FILIPINIANA | IDENTITY

Battle of the wits, Balagtasan style

Michelle Baltazar

Forget rap battles and lipsync battles, Filipinos in the 18th century practiced a far more sophisticated literary expression called ‘Balagtasan’ and one group of Filipino migrants hopes to revive this practice even for one day in Sydney next month.

Balagtasan is named after a poet who was arguably the Philippine equivalent of William Shakespeare in his heydays, Francisco Balagtas. He was a master at creating poems in the ‘awit’ form. While the word means ‘song’ in today’s language, it used to refer to a poem with the following characteristics:

  1. four lines per stanza;
  2. twelve syllables per line;
  3. an assonantal rhyme scheme of A-A-A-A
  4. a slight pause (caesura) on the sixth syllable;
  5. each stanza is usually a complete, grammatically correct sentence;
  6. each stanza has figures of speech (Balagtas used 28 types of figures of speech in his epic work ‘Florante at Laura’)

To put that in modern-day context, Balagtas was so good at his craft that Kanye West and Jay-Z got nothin’ on his verbal jousting skills.

Not that it’s a competition but the traditional practice of Balagtasan is indeed an extemporaneous debate where both sides argue their case in rhyme and in verse. A panel of judges then decide who is the winning team based on their reason, rhyme and delivery.

In the Philippines, where learning the Filipino language is part of the school curriculum, young kids get to practice this old artform, giving them a taste of what public speaking is like but also a better appreciation and knowledge of the national language.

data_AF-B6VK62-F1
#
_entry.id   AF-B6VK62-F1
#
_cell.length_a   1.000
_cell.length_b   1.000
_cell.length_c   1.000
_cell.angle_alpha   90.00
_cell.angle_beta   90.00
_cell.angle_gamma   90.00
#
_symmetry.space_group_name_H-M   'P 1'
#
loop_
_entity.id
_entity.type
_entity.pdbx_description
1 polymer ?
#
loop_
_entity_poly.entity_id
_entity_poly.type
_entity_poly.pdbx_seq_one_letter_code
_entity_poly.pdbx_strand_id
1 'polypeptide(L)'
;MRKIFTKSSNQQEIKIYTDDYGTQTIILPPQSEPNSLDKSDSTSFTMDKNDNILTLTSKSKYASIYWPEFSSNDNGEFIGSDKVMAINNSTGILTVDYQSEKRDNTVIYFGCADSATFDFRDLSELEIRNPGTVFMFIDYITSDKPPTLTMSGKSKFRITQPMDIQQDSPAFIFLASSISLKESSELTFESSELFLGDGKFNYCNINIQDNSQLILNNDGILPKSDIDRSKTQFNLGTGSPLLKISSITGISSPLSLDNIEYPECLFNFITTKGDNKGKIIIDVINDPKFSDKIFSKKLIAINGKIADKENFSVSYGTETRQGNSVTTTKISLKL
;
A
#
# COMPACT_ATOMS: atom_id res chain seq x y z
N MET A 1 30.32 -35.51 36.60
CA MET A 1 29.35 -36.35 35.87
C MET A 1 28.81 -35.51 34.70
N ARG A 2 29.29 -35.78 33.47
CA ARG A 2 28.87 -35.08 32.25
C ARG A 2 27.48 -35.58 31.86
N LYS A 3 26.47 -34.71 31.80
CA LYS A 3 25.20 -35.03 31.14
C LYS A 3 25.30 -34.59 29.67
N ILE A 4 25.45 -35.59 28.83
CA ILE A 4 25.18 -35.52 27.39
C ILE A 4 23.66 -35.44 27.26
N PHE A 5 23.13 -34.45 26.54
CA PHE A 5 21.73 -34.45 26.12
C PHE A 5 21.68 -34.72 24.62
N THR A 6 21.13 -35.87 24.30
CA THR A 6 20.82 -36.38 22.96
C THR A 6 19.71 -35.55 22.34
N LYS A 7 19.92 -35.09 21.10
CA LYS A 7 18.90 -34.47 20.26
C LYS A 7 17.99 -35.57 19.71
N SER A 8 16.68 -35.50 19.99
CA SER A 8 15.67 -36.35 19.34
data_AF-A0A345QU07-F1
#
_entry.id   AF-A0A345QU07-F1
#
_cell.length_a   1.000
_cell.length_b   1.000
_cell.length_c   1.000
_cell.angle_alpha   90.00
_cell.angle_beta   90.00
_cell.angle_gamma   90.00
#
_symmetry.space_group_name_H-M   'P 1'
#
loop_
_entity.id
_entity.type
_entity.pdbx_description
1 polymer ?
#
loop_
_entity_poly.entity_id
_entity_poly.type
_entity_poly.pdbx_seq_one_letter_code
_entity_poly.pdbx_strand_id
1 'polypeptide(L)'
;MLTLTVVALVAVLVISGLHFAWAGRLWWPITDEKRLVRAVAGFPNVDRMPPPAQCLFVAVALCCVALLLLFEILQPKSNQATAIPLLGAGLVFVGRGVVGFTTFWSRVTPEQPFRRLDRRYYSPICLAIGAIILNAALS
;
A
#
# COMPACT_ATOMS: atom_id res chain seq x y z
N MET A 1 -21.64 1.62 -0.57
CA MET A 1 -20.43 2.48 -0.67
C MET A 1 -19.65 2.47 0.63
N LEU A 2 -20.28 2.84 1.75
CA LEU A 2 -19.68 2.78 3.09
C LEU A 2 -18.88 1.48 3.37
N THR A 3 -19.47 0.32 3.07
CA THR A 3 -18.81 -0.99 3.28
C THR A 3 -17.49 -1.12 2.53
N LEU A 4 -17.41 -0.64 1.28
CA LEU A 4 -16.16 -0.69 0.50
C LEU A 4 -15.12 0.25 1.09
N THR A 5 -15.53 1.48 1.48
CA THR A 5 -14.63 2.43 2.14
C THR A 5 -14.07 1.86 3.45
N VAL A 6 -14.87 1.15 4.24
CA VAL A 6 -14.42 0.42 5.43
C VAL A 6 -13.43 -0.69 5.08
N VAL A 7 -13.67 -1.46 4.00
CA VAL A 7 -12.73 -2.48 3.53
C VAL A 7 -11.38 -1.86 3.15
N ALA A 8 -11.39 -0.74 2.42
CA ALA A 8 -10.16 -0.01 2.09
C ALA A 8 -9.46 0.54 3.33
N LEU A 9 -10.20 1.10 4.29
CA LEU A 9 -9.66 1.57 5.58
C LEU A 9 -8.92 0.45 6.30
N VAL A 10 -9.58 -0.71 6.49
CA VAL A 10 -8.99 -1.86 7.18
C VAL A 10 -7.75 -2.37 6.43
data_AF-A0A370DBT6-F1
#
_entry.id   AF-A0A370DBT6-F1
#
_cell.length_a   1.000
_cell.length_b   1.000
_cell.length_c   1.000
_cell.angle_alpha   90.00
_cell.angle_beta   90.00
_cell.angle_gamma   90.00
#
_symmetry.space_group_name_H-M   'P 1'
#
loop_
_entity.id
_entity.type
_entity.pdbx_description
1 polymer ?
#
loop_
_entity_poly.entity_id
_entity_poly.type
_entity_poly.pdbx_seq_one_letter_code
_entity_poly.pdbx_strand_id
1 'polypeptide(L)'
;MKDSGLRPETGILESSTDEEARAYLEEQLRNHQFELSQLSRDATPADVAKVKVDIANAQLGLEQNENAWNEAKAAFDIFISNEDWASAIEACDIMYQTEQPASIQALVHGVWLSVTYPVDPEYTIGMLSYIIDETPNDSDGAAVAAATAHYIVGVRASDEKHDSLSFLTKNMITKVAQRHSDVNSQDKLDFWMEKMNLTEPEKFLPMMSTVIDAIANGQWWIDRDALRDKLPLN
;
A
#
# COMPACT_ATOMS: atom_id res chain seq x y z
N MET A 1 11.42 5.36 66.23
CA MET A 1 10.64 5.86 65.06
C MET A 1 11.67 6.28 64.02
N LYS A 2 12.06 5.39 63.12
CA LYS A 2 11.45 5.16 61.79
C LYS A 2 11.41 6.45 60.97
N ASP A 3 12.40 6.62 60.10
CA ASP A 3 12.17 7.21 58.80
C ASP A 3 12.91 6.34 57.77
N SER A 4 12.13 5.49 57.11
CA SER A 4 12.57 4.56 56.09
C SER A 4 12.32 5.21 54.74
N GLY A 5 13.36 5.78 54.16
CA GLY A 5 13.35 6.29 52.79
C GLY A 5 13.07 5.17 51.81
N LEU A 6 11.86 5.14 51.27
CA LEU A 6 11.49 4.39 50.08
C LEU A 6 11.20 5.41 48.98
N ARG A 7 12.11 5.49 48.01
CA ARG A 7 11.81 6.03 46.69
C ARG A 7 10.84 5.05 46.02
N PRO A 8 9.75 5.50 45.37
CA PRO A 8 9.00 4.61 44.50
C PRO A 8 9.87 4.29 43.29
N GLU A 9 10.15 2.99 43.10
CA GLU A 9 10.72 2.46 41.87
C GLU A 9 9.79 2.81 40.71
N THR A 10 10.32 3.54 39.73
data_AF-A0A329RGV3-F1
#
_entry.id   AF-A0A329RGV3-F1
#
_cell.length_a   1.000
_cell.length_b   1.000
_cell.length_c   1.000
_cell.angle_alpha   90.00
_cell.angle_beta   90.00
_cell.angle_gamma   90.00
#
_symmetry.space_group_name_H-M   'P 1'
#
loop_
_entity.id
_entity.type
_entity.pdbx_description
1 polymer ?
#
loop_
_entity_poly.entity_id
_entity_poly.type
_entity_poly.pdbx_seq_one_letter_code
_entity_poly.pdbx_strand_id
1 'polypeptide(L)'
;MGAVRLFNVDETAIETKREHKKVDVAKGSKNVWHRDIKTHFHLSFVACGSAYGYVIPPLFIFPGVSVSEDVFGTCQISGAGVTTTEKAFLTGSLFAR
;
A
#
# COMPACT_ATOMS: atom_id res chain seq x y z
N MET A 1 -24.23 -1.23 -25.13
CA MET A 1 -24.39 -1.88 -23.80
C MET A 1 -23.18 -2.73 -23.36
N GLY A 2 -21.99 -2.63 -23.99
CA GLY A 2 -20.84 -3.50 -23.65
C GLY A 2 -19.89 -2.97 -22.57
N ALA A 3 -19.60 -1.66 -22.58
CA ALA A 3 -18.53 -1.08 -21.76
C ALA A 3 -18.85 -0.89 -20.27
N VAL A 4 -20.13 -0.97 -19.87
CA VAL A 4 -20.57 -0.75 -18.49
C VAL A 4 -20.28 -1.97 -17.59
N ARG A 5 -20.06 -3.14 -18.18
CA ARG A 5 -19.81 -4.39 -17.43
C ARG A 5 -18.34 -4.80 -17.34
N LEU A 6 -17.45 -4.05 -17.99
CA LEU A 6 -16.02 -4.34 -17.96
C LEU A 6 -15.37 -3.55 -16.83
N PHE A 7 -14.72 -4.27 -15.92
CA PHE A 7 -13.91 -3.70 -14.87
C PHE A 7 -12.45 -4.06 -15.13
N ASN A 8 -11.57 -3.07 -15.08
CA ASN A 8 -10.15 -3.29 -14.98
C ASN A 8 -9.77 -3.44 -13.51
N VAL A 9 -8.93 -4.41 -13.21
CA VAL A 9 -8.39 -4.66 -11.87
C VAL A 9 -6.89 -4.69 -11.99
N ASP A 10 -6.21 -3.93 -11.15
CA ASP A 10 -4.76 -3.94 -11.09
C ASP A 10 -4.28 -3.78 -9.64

But what about in Australia where it is not mandatory for Filipinos to learn their dialect at school or even at home?

The Tagalog Association of Australia in Sydney has decided to pose that question to the public in a free Balagtasan event to be held on Saturday, August 27 at the Max Webber Library in Blacktown (see poster for details).

A four-person debate team will argue for and against the idea of teaching Filipino-Australians who were born here or grew up here their native language: Dapat ba o hindi dapat turuan ang ating mga anak ng wikang Tagalog? (Loosely translates to ‘Should we teach our children how to speak Tagalog?’)

The community is invited to support the occasion, which the TAA is organising, with the support of the Philippine Consulate, to commemorate the ‘Buwan ng Wika’ (National Language Month). In the Philippines, schools all around the country organise their own events to celebrate the Filipino language in August.

To reserve your seat, contact Lillian de los Reyes on 0416 027 467 or any of the other TAA members listed in the poster.

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